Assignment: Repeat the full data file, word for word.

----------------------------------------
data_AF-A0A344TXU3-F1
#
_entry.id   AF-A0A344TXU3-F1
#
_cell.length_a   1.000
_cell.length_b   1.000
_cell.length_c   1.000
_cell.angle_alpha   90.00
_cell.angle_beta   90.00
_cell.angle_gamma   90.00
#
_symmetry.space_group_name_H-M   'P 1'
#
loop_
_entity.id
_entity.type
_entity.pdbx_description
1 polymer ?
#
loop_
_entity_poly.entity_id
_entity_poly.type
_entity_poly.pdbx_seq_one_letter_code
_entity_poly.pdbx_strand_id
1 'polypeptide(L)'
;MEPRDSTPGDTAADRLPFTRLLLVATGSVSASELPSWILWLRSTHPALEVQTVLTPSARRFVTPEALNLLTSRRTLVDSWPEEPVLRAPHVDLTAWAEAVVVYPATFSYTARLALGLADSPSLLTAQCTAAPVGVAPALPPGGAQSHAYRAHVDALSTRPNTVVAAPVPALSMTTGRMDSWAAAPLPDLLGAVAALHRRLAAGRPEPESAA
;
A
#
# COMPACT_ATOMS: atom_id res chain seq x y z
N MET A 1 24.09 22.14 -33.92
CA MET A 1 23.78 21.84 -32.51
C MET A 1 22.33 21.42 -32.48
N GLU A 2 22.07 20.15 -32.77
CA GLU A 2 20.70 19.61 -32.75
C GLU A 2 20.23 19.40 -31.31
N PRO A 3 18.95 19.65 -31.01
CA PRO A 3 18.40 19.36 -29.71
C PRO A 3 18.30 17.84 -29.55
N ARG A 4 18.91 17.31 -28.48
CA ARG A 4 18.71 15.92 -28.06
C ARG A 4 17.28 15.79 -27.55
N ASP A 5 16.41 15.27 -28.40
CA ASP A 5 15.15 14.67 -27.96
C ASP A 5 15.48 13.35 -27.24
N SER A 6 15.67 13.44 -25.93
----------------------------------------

data_AF-A0A344TXU3-F1
#
_entry.id   AF-A0A344TXU3-F1
#
_cell.length_a   1.000
_cell.length_b   1.000
_cell.length_c   1.000
_cell.angle_alpha   90.00
_cell.angle_beta   90.00
_cell.angle_gamma   90.00
#
_symmetry.space_group_name_H-M   'P 1'
#
loop_
_entity.id
_entity.type
_entity.pdbx_description
1 polymer ?
#
loop_
_entity_poly.entity_id
_entity_poly.type
_entity_poly.pdbx_seq_one_letter_code
_entity_poly.pdbx_strand_id
1 'polypeptide(L)'
;MEPRDSTPGDTAADRLPFTRLLLVATGSVSASELPSWILWLRSTHPALEVQTVLTPSARRFVTPEALNLLTSRRTLVDSWPEEPVLRAPHVDLTAWAEAVVVYPATFSYTARLALGLADSPSLLTAQCTAAPVGVAPALPPGGAQSHAYRAHVDALSTRPNTVVAAPVPALSMTTGRMDSWAAAPLPDLLGAVAALHRRLAAGRPEPESAA
;
A
#
# COMPACT_ATOMS: atom_id res chain seq x y z
N MET A 1 24.09 22.14 -33.92
CA MET A 1 23.78 21.84 -32.51
C MET A 1 22.33 21.42 -32.48
N GLU A 2 22.07 20.15 -32.77
CA GLU A 2 20.70 19.61 -32.75
C GLU A 2 20.23 19.40 -31.31
N PRO A 3 18.95 19.65 -31.01
CA PRO A 3 18.40 19.36 -29.71
C PRO A 3 18.30 17.84 -29.55
N ARG A 4 18.91 17.31 -28.48
CA ARG A 4 18.71 15.92 -28.06
C ARG A 4 17.28 15.79 -27.55
N ASP A 5 16.41 15.27 -28.40
CA ASP A 5 15.15 14.67 -27.96
C ASP A 5 15.48 13.35 -27.24
N SER A 6 15.67 13.44 -25.93